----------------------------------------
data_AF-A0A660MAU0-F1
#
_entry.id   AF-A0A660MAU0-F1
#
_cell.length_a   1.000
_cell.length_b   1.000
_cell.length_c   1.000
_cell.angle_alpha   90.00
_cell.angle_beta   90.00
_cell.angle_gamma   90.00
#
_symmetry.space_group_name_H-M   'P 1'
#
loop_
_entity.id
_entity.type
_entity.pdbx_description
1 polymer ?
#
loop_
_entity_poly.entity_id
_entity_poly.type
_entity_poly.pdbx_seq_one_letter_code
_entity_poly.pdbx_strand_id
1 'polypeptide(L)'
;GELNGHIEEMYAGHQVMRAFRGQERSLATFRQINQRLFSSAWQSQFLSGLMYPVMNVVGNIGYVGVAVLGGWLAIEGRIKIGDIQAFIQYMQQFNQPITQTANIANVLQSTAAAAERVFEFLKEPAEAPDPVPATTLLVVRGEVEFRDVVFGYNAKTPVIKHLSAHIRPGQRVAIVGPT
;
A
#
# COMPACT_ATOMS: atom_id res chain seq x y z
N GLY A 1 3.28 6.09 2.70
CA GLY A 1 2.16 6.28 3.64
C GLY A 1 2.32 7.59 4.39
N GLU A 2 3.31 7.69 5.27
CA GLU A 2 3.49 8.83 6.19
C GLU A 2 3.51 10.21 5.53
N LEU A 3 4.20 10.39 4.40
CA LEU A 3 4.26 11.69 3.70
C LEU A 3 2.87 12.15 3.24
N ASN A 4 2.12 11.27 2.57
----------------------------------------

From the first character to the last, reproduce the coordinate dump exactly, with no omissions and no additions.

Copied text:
data_AF-A0A660MAU0-F1
#
_entry.id   AF-A0A660MAU0-F1
#
_cell.length_a   1.000
_cell.length_b   1.000
_cell.length_c   1.000
_cell.angle_alpha   90.00
_cell.angle_beta   90.00
_cell.angle_gamma   90.00
#
_symmetry.space_group_name_H-M   'P 1'
#
loop_
_entity.id
_entity.type
_entity.pdbx_description
1 polymer ?
#
loop_
_entity_poly.entity_id
_entity_poly.type
_entity_poly.pdbx_seq_one_letter_code
_entity_poly.pdbx_strand_id
1 'polypeptide(L)'
;GELNGHIEEMYAGHQVMRAFRGQERSLATFRQINQRLFSSAWQSQFLSGLMYPVMNVVGNIGYVGVAVLGGWLAIEGRIKIGDIQAFIQYMQQFNQPITQTANIANVLQSTAAAAERVFEFLKEPAEAPDPVPATTLLVVRGEVEFRDVVFGYNAKTPVIKHLSAHIRPGQRVAIVGPT
;
A
#
# COMPACT_ATOMS: atom_id res chain seq x y z
N GLY A 1 3.28 6.09 2.70
CA GLY A 1 2.16 6.28 3.64
C GLY A 1 2.32 7.59 4.39
N GLU A 2 3.31 7.69 5.27
CA GLU A 2 3.49 8.83 6.19
C GLU A 2 3.51 10.21 5.53
N LEU A 3 4.20 10.39 4.40
CA LEU A 3 4.26 11.69 3.70
C LEU A 3 2.87 12.15 3.24
N ASN A 4 2.12 11.27 2.57